Book of Wisdom: Part Seven
Armin stood at the edge of the hole, holding the wooden door open. Inside was something he had never expected to see. It was a hole, lined with cement, with a wooden hinged door on it. What surprised Armin, however, were its contents: nothing at all.
“Armin, what’s wrong?” Hannah asked, sounding concerned.
“It’s not here!”
Awohi jumped up from his sitting position that he had just sunk into. “What do you mean it isn’t there!?!” he cried wildly. “It has to be!” He leapt into the hole with Armin.
“Looking for something?” asked a familiar voice.
“Belle!” Hannah exclaimed.
Belle slammed the door to the hole shut, leaving Armin and Awohi inside.
“Belle, what are you doing?” Hannah asked.
She reacted by screaming at the top of her lungs. It sounded more like a roar than what might come out of a tiny girl. Turmaculus stood up, and sat on the door. “Now to deal with you.” Belle’s voice no longer sounded like her own.
Hannah stared at the book lying on the ground, fearing that Belle might steal it. She was surprised when she found the book open to the page about Turi, the fire faerie. At the bottom of the page, there was a picture of Belle. Hannah was too far away to read the inscription, but a sinking feeling rose in her stomach.
“Belle?” she said softly.
“No. I never was Belle, don’t you see!” With that, she rapidly began to grow. With her, a black coat grew around her. She grew long legs, which touched the ground as the cloak slid over them. Her face became shadowed by the hood, and her wings changed to gauzy, butterfly-shaped, and red. Her eyes glowed behind the hood with the same crimson color. Now, she looked exactly the same as the picture in the book.
“What do you want?” Hannah asked.
A cold chuckle escaped Turi’s lips, and her eyes narrowed. “I think you know. I want history. Give me the book and the other two keys.”
Hannah was about to pick up the book, then decided better of it. Her eyebrows dropped, narrowing over her blue eyes. “Or else what?” she asked, trying not to sound as scared as she felt. “Are you going to hit me?” This made the fire faerie laugh even more.
“No, but I could do a lot more,” she threatened. At her word, her hands glowed red, and fire flickered on her open palms.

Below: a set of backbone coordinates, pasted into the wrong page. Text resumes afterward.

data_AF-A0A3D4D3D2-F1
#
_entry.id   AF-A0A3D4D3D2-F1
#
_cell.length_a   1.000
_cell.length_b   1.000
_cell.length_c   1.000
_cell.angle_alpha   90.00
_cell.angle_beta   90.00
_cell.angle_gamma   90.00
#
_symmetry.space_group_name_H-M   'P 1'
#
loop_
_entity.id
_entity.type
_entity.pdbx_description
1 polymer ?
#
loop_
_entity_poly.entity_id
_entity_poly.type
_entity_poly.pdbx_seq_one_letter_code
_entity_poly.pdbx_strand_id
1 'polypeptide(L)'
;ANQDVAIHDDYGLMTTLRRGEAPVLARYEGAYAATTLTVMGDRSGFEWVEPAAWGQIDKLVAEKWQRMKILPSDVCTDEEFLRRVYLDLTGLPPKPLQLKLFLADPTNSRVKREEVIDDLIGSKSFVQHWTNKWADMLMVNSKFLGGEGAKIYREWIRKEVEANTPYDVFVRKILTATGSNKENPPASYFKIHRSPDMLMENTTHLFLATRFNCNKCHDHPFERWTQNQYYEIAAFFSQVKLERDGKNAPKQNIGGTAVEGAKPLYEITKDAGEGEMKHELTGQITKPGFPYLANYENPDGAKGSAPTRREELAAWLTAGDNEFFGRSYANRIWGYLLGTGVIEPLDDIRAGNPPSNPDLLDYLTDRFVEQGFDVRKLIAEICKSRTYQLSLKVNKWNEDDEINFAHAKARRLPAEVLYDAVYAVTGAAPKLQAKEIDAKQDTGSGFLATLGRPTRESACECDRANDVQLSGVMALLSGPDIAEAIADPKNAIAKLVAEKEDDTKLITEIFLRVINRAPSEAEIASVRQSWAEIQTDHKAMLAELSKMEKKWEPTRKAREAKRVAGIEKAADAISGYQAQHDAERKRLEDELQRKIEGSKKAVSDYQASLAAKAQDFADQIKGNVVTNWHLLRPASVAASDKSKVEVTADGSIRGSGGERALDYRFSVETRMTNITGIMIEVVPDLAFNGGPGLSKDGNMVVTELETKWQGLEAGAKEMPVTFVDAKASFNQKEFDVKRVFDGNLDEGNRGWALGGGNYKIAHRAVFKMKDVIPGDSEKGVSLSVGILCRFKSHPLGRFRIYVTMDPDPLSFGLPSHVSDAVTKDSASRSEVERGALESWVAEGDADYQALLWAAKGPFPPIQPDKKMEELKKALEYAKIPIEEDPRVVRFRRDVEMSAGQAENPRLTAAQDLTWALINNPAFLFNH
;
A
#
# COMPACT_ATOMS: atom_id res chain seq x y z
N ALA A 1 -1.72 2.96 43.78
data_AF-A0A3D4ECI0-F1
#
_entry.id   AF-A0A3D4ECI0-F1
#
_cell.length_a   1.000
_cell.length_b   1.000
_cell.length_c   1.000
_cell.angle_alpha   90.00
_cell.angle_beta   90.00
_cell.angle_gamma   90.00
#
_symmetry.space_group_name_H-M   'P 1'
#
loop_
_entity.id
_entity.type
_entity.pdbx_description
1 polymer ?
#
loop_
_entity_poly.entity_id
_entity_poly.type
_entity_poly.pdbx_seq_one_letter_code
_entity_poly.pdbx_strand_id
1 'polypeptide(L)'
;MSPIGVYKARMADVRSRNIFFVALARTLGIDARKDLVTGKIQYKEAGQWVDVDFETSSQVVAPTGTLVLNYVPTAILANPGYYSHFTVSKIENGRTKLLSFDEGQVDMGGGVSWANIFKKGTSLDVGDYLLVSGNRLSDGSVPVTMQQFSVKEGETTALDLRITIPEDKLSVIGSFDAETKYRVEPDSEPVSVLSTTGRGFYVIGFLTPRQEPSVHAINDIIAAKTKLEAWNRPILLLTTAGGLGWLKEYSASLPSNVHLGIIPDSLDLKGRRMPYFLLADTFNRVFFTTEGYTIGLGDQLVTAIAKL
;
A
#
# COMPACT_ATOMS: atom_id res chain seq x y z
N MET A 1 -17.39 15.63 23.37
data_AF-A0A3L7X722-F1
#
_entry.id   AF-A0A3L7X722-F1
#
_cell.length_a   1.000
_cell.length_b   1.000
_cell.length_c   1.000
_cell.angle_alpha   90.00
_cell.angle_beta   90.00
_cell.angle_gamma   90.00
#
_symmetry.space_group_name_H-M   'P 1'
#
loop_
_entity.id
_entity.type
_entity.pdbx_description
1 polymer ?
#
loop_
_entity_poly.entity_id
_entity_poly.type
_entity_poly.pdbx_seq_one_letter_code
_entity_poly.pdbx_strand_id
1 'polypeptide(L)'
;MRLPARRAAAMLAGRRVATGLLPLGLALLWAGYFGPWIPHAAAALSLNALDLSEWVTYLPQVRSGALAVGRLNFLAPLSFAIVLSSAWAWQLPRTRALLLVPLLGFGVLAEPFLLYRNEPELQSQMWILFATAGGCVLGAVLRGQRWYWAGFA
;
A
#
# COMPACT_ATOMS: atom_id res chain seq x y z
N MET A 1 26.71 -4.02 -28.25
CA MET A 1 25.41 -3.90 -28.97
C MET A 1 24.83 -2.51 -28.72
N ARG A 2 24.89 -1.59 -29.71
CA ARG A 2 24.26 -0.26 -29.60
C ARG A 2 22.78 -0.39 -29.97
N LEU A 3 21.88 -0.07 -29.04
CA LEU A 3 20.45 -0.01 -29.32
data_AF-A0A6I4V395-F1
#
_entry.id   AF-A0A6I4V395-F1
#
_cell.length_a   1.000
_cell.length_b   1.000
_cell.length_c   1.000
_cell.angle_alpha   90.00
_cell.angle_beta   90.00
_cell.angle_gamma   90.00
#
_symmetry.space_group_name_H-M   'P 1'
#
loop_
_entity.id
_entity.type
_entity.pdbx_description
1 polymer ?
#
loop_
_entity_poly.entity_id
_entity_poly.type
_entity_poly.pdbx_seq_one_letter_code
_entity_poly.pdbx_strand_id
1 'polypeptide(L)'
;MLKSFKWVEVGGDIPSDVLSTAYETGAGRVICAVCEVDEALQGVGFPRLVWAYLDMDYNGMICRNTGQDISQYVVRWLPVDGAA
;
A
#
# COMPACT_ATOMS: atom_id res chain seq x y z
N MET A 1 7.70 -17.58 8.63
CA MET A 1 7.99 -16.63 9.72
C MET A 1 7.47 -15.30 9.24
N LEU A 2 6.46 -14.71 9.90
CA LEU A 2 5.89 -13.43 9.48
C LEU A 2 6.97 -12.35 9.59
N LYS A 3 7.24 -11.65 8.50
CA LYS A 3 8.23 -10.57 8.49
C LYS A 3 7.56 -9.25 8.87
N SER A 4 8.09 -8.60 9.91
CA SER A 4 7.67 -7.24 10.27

Hannah panicked, and tried to decide what to do. An idea suddenly came to her. She snatched up the book, and held it over the symol hole. “Don’t do anything, or the symols get the book.”
Turi seemed unimpressed, and just to show that she wasn’t scared, she took a step forward. “Go ahead. That’s all I wanted to do with it anyway.”
Hannah hesitated, then realized something. “If you didn’t want anyone to see it, you would have just gotten rid of the third key,” she said, smiling.
Turi took another three steps. Her long shadow fell upon Hannah. “Well? Are you going to drop it?” She was smiling broadly now, revealing pointed teeth gleaming in the darkness of her hood.
“No.” Hannah didn’t know what Turi wanted the history for, but she certainly would not destroy the book.
“Then what are you going to do? If you don’t drop it, I get it.”
“Not necessarily...” Hannah didn’t know what to do. Suddenly, desperate, she opened the book. Not knowing what page she had opened to, she poked it. She was relieved to feel her finger reach into a portal. The teleportation process usually took a while, but she needed it to work fast. She stuck her entire arm in it, and was teleported almost instantly. The scene of Meridell faded fast, and at the last moment, Hannah saw Turi crying out, “No!” It was too late.
As her vision returned, she saw that she was in a rather nice place. The walls were made of white marble, and beautiful pillars were carved into it. A bulletin board was on a wall, over a white marble bench. Several club posters hung on the bulletin board. On the floor was a colorful tiled mural depicting a twelve-pointed sun.
She had gone to Altador. Relief swept through her. She was in the Altadorian Archives, three feet from the door of Finneus. She stepped through the door, and saw that Finneus was busy writing something in a silver covered book with yellowed pages.